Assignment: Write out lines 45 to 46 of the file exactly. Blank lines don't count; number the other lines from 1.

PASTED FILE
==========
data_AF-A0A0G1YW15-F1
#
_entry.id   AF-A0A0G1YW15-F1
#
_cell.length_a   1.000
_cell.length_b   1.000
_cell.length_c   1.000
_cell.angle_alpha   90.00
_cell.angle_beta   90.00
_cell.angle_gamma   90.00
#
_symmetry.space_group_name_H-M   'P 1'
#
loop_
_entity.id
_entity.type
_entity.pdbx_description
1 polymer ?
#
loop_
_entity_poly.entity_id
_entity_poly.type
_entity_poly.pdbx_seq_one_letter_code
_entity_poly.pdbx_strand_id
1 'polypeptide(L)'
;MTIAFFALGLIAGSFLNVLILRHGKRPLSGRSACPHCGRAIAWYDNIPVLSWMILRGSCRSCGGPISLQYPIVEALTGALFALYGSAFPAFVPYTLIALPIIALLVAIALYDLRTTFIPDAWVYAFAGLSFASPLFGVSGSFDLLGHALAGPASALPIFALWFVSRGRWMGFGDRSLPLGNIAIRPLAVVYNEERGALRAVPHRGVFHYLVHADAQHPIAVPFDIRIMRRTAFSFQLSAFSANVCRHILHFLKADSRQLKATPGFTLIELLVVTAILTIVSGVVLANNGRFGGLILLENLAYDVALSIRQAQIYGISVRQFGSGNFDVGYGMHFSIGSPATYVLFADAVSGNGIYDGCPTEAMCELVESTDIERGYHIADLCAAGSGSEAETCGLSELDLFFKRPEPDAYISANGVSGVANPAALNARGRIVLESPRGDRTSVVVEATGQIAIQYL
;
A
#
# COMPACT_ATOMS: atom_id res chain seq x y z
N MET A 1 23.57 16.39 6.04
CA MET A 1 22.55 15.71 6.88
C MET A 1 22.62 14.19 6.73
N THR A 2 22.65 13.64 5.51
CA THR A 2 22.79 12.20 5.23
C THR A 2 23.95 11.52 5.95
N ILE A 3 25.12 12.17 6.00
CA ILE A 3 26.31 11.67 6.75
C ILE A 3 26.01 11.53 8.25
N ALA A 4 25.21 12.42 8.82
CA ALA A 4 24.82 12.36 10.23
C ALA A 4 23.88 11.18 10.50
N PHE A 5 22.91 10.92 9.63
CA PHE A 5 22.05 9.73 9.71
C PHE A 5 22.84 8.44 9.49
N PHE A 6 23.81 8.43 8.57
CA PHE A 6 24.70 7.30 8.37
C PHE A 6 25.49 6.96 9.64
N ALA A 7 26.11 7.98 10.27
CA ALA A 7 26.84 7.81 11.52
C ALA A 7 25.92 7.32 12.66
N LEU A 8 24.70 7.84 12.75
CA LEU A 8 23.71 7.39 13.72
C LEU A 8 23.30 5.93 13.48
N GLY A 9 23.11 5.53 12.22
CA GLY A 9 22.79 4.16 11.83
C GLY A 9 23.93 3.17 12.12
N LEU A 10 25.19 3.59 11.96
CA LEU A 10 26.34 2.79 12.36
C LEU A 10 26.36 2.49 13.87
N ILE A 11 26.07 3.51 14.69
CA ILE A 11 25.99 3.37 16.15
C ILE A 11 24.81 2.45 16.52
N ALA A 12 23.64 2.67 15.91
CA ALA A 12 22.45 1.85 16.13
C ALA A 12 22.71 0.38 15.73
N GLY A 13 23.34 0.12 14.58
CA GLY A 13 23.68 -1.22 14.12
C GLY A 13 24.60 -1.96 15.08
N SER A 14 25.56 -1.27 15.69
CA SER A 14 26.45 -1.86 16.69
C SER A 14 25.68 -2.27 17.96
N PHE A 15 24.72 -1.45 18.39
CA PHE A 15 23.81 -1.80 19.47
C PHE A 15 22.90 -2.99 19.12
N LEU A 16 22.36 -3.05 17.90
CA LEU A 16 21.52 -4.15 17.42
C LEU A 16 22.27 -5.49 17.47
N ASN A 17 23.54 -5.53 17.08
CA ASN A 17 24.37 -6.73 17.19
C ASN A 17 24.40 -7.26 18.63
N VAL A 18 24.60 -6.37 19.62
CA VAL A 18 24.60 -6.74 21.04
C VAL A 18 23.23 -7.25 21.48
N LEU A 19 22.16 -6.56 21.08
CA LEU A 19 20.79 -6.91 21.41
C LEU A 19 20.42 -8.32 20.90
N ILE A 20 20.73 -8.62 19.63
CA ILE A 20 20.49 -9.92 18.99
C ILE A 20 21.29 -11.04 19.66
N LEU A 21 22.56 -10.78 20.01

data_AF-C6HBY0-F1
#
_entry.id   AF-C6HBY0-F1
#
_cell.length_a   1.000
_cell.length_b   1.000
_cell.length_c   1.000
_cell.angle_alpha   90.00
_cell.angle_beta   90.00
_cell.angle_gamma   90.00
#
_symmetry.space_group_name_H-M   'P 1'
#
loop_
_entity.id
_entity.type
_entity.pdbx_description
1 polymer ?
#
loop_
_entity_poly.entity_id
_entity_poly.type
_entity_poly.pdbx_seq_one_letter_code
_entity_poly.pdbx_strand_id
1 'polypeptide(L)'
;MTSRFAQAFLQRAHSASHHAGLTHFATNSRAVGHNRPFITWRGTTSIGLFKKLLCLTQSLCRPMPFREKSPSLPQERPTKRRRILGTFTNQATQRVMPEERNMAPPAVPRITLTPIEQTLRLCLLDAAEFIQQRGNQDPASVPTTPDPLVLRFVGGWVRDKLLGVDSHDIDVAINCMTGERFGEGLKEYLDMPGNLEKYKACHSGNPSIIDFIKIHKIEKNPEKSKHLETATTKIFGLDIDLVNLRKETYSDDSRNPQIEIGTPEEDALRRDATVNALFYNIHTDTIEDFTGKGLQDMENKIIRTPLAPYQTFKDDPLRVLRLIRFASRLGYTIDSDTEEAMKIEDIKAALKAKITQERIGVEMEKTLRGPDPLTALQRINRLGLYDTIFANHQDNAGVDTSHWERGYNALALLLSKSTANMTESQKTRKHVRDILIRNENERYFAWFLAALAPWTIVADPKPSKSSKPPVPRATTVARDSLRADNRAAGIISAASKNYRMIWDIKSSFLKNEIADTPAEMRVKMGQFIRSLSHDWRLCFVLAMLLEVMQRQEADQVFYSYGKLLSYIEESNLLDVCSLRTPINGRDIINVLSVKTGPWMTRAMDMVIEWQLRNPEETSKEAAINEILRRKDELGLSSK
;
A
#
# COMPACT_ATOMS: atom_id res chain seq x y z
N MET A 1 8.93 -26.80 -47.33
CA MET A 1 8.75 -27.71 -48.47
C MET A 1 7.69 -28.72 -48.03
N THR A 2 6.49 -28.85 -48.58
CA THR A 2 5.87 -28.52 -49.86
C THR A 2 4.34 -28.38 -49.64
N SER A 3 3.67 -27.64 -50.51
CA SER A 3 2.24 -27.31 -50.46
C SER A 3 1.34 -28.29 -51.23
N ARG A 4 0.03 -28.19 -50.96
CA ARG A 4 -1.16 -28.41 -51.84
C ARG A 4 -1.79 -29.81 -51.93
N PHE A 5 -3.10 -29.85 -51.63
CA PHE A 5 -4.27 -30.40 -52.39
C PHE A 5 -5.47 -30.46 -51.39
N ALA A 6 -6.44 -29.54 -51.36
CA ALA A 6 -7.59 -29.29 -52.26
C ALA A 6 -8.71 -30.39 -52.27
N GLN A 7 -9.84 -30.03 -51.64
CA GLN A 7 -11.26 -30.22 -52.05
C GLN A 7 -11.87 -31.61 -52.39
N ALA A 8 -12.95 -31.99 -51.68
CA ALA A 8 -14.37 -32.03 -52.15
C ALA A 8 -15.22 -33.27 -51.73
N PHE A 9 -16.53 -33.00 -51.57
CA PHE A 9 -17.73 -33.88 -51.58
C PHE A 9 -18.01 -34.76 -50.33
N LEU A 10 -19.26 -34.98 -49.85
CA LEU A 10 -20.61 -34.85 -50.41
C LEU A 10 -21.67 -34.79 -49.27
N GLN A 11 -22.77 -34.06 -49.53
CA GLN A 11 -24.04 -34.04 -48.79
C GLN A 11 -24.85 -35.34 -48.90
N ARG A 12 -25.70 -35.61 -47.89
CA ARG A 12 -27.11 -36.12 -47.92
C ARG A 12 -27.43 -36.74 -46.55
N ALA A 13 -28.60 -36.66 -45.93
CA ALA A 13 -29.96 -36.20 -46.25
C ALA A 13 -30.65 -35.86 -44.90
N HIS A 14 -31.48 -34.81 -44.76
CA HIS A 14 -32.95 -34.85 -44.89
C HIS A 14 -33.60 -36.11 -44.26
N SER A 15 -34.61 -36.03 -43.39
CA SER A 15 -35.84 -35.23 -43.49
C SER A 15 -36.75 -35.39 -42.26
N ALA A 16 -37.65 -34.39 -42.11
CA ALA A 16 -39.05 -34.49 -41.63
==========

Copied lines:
C PHE A 5 22.84 8.44 9.49
N PHE A 6 23.81 8.43 8.57